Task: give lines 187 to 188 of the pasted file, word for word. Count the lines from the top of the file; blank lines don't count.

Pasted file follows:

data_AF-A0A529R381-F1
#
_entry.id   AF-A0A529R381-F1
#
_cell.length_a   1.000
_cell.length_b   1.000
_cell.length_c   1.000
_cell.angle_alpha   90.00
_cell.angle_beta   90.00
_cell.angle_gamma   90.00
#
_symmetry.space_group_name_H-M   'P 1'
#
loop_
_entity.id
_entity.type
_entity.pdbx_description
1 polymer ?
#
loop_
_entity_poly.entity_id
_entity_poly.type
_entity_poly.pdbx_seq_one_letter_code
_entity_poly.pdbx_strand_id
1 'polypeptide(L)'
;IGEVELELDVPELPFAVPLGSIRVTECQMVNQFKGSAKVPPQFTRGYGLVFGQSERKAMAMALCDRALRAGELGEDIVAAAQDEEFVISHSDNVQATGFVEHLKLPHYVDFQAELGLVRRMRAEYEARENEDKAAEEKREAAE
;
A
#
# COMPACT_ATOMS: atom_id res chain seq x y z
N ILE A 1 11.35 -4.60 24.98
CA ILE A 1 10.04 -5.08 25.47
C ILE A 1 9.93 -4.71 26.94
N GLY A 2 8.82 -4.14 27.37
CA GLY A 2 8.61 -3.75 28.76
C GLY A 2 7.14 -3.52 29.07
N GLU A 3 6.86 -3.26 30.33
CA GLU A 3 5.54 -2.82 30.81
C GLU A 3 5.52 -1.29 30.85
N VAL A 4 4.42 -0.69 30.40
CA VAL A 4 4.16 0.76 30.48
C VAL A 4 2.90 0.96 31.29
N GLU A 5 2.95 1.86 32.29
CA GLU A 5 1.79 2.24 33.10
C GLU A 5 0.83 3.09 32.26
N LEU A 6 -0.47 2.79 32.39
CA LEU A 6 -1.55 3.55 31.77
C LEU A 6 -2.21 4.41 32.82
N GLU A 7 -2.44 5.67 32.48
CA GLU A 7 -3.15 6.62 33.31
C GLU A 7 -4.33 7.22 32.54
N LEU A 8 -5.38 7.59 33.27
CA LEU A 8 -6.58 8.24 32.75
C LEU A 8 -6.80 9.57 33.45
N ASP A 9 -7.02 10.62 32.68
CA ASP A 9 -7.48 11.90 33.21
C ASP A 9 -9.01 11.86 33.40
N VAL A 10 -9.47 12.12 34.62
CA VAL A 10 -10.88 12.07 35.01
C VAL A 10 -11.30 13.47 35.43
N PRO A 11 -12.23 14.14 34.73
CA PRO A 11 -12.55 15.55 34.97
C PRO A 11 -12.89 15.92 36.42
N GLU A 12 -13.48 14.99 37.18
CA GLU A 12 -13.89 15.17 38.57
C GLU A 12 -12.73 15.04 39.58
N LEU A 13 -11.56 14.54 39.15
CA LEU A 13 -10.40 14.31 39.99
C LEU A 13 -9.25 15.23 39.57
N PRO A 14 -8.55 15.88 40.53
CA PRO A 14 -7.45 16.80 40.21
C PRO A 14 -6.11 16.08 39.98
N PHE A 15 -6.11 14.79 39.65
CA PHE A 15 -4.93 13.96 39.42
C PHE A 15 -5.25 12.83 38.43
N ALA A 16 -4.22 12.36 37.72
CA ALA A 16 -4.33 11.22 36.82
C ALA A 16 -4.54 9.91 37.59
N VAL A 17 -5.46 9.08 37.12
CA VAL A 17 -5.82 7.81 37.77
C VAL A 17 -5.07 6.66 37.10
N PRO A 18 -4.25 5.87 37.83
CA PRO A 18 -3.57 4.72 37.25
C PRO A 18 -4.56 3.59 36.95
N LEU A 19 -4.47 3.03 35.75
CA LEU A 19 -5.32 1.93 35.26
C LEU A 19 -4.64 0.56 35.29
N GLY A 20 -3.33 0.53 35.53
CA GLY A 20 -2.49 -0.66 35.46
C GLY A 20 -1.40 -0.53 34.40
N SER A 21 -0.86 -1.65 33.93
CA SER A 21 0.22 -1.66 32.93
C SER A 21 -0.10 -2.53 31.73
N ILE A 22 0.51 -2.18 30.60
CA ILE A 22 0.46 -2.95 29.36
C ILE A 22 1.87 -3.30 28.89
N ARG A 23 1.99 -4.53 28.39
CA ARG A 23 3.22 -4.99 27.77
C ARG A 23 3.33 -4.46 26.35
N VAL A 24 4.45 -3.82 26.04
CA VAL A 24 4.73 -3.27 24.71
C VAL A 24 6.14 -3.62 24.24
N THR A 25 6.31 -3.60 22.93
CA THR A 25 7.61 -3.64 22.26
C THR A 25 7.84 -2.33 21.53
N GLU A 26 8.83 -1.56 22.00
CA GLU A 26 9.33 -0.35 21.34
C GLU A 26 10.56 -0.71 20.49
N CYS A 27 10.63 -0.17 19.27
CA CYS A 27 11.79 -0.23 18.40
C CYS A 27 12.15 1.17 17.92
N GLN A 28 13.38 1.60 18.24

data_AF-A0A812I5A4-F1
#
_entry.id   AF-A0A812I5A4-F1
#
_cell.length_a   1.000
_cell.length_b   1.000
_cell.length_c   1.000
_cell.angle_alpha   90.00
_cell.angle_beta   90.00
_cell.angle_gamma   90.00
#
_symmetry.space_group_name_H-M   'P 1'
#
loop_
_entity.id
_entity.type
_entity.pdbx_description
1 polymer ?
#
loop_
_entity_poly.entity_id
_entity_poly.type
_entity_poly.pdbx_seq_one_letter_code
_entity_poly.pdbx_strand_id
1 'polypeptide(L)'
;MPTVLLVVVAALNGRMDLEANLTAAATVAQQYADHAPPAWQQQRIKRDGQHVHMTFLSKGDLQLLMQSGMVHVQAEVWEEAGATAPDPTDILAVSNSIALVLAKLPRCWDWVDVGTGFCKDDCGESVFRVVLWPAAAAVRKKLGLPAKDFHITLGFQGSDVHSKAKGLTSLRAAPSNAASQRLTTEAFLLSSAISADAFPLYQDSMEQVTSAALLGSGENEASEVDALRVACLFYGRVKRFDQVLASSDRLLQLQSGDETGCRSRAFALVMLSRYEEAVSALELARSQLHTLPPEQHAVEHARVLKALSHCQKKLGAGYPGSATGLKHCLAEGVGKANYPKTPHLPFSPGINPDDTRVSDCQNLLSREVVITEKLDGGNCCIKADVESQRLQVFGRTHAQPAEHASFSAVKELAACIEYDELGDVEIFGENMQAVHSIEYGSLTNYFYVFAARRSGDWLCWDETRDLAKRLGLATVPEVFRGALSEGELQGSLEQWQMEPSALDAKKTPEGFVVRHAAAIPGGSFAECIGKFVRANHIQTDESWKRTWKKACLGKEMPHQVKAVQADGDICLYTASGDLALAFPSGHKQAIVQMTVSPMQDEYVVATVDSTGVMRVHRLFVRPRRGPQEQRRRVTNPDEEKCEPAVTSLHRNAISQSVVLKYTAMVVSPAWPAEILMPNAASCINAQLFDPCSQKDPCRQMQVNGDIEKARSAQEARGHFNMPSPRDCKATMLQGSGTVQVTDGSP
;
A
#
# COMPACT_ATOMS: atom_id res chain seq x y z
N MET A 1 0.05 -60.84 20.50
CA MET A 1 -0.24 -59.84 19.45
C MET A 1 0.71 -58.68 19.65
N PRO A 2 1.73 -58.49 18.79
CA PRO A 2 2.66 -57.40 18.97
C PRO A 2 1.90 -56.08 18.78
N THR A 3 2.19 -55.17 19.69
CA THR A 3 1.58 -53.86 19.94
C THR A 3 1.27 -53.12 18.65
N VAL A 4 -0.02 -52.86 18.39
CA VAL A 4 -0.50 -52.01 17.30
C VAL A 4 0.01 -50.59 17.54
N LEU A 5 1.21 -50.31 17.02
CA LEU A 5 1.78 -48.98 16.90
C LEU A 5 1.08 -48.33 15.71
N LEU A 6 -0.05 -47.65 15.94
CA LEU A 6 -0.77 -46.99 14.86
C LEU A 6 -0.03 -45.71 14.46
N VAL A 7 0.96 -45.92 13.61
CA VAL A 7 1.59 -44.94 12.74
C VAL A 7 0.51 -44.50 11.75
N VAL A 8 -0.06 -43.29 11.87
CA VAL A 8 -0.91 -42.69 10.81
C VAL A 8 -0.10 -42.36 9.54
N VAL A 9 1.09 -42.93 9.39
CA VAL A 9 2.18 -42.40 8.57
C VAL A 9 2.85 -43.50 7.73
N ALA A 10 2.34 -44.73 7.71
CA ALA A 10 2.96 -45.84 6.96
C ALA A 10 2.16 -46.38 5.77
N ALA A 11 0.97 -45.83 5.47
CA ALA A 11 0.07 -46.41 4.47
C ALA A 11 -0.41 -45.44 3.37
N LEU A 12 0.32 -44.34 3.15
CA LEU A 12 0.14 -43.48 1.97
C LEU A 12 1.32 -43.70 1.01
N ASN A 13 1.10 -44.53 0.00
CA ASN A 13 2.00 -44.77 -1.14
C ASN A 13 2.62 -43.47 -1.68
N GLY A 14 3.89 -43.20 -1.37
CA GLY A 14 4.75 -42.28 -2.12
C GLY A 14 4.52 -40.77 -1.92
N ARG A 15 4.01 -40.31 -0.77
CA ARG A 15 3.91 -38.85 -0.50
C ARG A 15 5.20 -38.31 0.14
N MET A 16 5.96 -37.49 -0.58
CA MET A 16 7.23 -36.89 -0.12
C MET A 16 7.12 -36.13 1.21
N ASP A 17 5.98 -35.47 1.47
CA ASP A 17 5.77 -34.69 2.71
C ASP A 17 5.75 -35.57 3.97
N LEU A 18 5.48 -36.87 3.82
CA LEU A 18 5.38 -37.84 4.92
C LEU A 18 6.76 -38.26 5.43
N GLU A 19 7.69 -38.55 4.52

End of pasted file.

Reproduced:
C ARG A 15 5.20 -38.31 0.14
N MET A 16 5.96 -37.49 -0.58